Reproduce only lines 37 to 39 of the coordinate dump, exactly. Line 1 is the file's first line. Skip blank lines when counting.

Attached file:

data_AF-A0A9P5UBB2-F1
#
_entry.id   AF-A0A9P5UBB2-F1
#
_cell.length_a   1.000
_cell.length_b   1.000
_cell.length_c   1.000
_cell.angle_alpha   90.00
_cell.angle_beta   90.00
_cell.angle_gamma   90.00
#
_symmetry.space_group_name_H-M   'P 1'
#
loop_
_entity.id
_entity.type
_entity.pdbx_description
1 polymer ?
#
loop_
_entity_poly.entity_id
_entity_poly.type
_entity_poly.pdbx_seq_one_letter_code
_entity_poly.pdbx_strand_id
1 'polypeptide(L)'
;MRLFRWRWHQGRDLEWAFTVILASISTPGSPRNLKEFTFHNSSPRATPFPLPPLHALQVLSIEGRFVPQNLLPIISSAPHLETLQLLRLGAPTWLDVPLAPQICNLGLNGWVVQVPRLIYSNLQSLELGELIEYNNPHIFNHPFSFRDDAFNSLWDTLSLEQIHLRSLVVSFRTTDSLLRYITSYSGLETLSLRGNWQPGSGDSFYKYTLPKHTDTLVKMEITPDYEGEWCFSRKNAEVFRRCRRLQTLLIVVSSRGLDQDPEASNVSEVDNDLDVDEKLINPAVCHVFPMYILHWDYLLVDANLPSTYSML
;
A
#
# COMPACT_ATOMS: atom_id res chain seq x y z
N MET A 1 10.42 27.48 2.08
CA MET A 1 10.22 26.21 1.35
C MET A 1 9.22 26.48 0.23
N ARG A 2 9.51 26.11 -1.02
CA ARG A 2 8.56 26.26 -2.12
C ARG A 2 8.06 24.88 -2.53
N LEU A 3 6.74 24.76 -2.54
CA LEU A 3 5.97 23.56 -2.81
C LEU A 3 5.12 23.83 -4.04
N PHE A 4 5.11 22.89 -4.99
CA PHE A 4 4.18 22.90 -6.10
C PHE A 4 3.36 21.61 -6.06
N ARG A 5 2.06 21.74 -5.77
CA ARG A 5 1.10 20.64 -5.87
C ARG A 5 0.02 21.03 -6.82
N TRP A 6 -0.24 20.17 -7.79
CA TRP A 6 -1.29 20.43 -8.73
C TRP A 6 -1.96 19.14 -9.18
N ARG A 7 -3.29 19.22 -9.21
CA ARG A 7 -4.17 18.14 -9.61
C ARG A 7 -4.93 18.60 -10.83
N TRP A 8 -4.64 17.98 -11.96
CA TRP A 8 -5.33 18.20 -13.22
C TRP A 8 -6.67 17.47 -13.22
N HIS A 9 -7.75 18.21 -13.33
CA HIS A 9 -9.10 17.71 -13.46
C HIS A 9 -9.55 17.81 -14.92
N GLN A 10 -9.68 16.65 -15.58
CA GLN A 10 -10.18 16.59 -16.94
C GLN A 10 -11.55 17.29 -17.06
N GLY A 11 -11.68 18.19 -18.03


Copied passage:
N LEU A 3 6.74 24.76 -2.54
CA LEU A 3 5.97 23.56 -2.81
C LEU A 3 5.12 23.83 -4.04